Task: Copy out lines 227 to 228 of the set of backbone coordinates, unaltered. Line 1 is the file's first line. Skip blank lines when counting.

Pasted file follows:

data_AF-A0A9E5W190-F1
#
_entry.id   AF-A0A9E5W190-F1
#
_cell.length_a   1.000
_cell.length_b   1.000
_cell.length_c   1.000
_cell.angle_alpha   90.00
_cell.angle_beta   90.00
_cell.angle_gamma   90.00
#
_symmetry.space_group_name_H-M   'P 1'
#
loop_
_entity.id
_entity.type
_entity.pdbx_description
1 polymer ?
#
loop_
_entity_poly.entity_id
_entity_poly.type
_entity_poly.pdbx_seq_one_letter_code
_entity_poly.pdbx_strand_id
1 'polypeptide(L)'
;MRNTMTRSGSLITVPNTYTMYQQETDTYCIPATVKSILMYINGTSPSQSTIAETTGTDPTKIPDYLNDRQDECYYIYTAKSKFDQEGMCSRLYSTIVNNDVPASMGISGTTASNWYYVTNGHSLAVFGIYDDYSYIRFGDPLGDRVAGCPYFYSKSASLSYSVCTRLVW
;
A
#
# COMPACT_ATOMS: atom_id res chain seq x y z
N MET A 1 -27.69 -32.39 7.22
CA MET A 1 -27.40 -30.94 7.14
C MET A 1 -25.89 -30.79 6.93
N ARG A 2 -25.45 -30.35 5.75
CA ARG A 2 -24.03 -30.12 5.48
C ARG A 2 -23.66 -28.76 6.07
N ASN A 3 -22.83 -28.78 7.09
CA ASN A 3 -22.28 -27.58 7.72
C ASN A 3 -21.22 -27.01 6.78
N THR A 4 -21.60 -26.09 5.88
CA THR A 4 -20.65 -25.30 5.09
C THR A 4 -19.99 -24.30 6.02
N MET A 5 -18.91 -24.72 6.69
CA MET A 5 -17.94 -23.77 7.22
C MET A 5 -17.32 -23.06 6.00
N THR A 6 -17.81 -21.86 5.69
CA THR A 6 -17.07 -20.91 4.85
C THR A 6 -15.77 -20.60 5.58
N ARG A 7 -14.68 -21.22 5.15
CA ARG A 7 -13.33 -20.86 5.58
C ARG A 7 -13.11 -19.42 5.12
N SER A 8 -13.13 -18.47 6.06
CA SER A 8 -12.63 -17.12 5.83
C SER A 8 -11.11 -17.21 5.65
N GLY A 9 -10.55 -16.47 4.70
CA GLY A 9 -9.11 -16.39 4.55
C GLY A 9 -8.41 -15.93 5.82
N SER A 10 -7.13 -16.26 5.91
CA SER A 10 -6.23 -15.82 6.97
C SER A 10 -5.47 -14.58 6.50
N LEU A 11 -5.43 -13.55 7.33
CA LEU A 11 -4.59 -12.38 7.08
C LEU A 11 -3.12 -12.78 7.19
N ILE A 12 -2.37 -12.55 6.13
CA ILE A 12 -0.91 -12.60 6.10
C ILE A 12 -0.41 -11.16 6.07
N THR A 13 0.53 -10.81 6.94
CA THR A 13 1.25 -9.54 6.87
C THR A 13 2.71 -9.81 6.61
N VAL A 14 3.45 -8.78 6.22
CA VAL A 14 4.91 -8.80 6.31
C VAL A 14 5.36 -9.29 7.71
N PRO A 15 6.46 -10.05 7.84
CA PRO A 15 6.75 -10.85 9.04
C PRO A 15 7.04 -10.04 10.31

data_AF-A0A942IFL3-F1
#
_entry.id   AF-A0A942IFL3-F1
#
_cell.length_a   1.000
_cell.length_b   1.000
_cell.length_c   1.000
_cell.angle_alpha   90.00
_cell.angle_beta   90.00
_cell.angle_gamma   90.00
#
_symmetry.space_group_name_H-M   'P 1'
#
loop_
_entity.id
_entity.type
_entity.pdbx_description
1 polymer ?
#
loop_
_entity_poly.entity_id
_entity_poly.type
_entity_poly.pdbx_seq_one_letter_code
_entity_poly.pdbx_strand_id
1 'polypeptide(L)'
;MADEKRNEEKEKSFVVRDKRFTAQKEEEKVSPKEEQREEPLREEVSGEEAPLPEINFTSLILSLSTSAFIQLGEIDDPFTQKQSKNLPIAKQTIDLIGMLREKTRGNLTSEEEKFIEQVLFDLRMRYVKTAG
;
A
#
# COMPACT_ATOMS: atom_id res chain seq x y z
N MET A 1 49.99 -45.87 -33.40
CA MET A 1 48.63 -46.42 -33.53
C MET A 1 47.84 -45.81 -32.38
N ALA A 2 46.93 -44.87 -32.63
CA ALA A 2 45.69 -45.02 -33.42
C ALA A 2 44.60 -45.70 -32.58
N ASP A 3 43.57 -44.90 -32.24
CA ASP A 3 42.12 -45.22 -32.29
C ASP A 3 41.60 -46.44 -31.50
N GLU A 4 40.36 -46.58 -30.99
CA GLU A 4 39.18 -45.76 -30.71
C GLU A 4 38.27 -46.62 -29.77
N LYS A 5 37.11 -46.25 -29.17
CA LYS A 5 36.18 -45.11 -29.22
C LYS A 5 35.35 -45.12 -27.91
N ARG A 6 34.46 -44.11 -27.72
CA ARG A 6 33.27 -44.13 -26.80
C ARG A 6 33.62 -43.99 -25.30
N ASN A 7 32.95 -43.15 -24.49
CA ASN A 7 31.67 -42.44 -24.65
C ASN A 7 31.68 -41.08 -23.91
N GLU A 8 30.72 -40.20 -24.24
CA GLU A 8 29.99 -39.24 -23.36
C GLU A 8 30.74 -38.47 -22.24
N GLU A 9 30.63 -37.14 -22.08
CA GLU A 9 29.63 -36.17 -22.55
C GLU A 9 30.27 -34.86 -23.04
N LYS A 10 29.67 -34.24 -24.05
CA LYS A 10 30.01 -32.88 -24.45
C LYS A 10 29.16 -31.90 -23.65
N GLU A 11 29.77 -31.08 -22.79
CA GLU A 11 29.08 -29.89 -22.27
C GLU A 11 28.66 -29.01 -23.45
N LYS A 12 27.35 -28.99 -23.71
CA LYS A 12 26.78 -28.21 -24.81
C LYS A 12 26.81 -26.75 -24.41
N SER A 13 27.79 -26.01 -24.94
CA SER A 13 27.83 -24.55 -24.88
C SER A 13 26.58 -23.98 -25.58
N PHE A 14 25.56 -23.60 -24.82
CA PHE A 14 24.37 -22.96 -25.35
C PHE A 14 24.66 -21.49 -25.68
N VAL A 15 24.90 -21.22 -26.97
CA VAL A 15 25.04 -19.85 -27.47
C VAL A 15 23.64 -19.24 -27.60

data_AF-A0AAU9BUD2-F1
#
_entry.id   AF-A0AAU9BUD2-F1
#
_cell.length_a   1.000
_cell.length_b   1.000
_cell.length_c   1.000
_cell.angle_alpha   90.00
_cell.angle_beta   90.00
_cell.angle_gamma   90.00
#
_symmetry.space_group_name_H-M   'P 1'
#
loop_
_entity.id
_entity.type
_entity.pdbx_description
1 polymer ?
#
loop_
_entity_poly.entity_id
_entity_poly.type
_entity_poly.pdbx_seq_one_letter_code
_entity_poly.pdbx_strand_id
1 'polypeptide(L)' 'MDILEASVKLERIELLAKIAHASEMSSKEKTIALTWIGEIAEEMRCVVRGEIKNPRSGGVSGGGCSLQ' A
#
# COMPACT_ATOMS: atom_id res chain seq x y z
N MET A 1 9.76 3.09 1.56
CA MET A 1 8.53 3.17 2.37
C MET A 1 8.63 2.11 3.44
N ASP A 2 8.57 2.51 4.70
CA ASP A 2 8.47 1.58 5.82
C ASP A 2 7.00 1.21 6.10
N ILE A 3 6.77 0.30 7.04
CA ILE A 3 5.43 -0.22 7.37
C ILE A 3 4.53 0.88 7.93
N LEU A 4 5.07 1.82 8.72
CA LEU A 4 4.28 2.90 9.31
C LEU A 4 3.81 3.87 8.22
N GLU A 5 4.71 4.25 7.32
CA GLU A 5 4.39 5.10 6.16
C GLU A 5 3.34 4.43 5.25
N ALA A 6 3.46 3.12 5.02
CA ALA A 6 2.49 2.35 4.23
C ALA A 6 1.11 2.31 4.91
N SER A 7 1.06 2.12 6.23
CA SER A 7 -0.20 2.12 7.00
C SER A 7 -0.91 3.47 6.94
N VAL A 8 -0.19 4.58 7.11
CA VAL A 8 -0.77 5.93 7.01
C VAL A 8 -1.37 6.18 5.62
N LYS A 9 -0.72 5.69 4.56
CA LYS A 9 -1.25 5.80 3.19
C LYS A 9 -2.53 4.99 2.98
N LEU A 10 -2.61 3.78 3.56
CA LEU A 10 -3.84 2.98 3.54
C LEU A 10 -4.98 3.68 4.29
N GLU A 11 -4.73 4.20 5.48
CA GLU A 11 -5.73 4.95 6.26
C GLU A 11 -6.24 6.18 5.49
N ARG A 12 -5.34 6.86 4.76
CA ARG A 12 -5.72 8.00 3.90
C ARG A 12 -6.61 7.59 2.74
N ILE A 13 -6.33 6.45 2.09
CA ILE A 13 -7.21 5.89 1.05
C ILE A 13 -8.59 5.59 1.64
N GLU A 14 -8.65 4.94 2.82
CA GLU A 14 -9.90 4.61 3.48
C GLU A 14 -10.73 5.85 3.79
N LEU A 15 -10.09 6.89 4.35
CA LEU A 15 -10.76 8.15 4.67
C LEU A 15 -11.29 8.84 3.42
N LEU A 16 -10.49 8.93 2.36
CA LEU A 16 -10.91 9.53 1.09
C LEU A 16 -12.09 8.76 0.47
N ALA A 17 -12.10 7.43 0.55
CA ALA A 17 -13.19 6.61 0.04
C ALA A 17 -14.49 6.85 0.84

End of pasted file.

CA ALA A 17 -13.19 6.61 0.04
C ALA A 17 -14.49 6.85 0.84